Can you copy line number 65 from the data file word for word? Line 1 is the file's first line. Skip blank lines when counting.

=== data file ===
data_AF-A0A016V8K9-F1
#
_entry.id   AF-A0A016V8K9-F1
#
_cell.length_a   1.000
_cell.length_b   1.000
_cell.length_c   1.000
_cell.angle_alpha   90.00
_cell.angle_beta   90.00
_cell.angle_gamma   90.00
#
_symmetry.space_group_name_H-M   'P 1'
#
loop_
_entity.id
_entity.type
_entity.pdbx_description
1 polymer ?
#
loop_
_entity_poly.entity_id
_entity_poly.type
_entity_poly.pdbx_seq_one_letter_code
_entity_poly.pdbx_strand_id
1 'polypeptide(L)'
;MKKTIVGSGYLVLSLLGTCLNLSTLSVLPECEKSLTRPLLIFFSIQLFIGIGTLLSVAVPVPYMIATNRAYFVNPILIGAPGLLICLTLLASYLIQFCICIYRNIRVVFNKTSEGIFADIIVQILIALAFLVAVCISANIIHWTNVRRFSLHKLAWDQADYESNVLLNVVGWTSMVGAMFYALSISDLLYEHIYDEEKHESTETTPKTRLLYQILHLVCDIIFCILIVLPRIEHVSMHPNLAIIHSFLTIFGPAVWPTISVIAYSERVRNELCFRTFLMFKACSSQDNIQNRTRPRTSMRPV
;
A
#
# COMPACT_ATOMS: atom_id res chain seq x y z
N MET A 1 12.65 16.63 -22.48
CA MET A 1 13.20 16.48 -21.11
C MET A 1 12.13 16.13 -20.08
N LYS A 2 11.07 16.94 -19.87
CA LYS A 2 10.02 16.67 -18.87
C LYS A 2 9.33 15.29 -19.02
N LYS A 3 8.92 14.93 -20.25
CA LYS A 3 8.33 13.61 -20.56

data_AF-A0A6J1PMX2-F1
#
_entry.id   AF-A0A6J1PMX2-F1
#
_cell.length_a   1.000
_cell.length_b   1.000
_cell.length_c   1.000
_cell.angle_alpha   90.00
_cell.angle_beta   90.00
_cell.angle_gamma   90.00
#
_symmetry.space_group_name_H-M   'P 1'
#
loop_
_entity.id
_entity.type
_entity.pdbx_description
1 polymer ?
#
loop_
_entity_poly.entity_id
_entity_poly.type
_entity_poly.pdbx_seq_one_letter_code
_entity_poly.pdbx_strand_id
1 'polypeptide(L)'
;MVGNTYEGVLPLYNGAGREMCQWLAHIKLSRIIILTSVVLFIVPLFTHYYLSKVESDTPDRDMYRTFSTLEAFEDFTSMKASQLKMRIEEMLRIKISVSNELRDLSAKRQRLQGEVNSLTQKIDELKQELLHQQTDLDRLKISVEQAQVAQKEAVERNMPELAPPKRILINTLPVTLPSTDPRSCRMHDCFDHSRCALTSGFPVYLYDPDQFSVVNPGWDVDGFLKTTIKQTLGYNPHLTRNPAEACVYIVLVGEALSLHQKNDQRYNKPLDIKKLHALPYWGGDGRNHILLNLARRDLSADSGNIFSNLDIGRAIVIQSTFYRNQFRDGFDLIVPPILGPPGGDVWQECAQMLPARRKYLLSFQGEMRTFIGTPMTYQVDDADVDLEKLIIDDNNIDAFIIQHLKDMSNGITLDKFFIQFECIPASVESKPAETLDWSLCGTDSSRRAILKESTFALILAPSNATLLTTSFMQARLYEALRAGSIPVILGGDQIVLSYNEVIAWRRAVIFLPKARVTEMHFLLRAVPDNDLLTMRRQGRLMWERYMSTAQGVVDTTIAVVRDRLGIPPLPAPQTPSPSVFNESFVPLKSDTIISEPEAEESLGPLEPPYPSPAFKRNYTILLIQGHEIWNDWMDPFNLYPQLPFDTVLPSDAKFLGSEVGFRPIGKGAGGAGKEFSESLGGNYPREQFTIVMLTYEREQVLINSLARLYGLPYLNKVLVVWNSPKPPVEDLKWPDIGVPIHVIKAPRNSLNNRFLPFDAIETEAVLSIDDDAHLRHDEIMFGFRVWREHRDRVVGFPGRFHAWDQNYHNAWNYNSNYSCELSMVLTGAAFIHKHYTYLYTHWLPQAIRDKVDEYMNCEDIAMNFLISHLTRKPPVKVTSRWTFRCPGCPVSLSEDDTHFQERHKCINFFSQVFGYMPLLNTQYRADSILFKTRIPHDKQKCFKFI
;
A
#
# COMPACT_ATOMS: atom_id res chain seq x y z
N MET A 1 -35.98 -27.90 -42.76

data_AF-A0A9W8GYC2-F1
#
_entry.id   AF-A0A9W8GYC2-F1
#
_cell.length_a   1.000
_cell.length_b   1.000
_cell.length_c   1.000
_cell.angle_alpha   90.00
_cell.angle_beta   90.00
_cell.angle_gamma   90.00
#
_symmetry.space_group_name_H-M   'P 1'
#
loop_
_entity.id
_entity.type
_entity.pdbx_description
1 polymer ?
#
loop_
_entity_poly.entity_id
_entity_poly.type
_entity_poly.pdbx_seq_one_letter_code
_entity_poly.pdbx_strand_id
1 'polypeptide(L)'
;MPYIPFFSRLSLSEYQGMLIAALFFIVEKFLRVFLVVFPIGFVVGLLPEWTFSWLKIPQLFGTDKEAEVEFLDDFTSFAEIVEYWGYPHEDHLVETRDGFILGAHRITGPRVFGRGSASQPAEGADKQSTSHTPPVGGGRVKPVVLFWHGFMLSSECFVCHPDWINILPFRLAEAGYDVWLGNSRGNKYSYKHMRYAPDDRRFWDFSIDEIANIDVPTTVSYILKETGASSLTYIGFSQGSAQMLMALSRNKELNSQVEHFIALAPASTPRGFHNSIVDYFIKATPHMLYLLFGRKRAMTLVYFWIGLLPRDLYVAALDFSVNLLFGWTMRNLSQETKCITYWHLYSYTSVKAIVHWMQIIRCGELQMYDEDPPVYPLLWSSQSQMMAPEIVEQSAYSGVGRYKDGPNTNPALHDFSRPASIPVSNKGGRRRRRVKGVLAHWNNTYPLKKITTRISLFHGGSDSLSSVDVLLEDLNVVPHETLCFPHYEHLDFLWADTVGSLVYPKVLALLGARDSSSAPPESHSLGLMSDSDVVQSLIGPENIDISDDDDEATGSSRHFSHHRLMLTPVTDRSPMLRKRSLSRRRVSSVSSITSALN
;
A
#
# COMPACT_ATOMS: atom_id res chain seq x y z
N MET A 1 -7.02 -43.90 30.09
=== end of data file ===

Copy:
;